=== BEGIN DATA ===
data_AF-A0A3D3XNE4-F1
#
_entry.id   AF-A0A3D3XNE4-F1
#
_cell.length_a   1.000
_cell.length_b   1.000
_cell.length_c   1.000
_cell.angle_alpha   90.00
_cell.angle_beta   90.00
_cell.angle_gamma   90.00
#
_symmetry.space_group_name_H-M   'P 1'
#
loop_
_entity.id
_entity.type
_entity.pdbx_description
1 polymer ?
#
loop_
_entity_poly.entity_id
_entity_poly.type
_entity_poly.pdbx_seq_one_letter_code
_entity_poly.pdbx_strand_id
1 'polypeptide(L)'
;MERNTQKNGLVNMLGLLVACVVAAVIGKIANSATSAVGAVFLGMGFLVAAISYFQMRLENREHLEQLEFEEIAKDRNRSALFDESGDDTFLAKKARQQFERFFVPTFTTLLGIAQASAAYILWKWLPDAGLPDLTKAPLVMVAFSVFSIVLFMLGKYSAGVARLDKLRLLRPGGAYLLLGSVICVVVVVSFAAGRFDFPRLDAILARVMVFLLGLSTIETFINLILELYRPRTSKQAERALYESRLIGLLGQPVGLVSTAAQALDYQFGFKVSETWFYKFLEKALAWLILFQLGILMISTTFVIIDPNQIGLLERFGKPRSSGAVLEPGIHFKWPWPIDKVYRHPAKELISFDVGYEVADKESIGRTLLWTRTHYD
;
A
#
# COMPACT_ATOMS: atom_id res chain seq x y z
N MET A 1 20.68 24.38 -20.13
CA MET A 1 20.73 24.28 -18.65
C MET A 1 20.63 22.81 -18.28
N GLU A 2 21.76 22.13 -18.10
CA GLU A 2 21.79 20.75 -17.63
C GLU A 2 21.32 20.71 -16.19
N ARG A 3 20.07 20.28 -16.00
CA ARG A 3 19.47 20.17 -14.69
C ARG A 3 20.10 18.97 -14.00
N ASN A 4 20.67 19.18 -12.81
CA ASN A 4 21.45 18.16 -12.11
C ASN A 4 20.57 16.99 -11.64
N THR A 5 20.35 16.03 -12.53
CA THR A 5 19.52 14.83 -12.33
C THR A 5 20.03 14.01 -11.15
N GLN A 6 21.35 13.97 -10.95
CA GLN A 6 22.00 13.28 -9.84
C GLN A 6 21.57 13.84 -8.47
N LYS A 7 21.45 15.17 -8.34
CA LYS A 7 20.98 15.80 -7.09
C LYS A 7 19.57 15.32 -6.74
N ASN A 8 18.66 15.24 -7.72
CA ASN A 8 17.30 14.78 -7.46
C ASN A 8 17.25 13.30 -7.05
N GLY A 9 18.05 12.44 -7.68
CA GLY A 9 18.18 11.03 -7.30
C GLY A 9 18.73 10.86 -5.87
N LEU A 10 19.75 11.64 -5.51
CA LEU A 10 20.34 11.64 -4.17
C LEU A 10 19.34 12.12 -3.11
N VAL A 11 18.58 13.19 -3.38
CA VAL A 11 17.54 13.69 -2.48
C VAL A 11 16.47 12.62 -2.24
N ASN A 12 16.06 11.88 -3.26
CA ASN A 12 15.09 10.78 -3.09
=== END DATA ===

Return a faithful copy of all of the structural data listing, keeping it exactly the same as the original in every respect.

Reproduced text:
data_AF-A0A3D3XNE4-F1
#
_entry.id   AF-A0A3D3XNE4-F1
#
_cell.length_a   1.000
_cell.length_b   1.000
_cell.length_c   1.000
_cell.angle_alpha   90.00
_cell.angle_beta   90.00
_cell.angle_gamma   90.00
#
_symmetry.space_group_name_H-M   'P 1'
#
loop_
_entity.id
_entity.type
_entity.pdbx_description
1 polymer ?
#
loop_
_entity_poly.entity_id
_entity_poly.type
_entity_poly.pdbx_seq_one_letter_code
_entity_poly.pdbx_strand_id
1 'polypeptide(L)'
;MERNTQKNGLVNMLGLLVACVVAAVIGKIANSATSAVGAVFLGMGFLVAAISYFQMRLENREHLEQLEFEEIAKDRNRSALFDESGDDTFLAKKARQQFERFFVPTFTTLLGIAQASAAYILWKWLPDAGLPDLTKAPLVMVAFSVFSIVLFMLGKYSAGVARLDKLRLLRPGGAYLLLGSVICVVVVVSFAAGRFDFPRLDAILARVMVFLLGLSTIETFINLILELYRPRTSKQAERALYESRLIGLLGQPVGLVSTAAQALDYQFGFKVSETWFYKFLEKALAWLILFQLGILMISTTFVIIDPNQIGLLERFGKPRSSGAVLEPGIHFKWPWPIDKVYRHPAKELISFDVGYEVADKESIGRTLLWTRTHYD
;
A
#
# COMPACT_ATOMS: atom_id res chain seq x y z
N MET A 1 20.68 24.38 -20.13
CA MET A 1 20.73 24.28 -18.65
C MET A 1 20.63 22.81 -18.28
N GLU A 2 21.76 22.13 -18.10
CA GLU A 2 21.79 20.75 -17.63
C GLU A 2 21.32 20.71 -16.19
N ARG A 3 20.07 20.28 -16.00
CA ARG A 3 19.47 20.17 -14.69
C ARG A 3 20.10 18.97 -14.00
N ASN A 4 20.67 19.18 -12.81
CA ASN A 4 21.45 18.16 -12.11
C ASN A 4 20.57 16.99 -11.64
N THR A 5 20.35 16.03 -12.53
CA THR A 5 19.52 14.83 -12.33
C THR A 5 20.03 14.01 -11.15
N GLN A 6 21.35 13.97 -10.95
CA GLN A 6 22.00 13.28 -9.84
C GLN A 6 21.57 13.84 -8.47
N LYS A 7 21.45 15.17 -8.34
CA LYS A 7 20.98 15.80 -7.09
C LYS A 7 19.57 15.32 -6.74
N ASN A 8 18.66 15.24 -7.72
CA ASN A 8 17.30 14.78 -7.46
C ASN A 8 17.25 13.30 -7.05
N GLY A 9 18.05 12.44 -7.68
CA GLY A 9 18.18 11.03 -7.30
C GLY A 9 18.73 10.86 -5.87
N LEU A 10 19.75 11.64 -5.51
CA LEU A 10 20.34 11.64 -4.17
C LEU A 10 19.34 12.12 -3.11
N VAL A 11 18.58 13.19 -3.38
CA VAL A 11 17.54 13.69 -2.48
C VAL A 11 16.47 12.62 -2.24
N ASN A 12 16.06 11.88 -3.26
CA ASN A 12 15.09 10.78 -3.09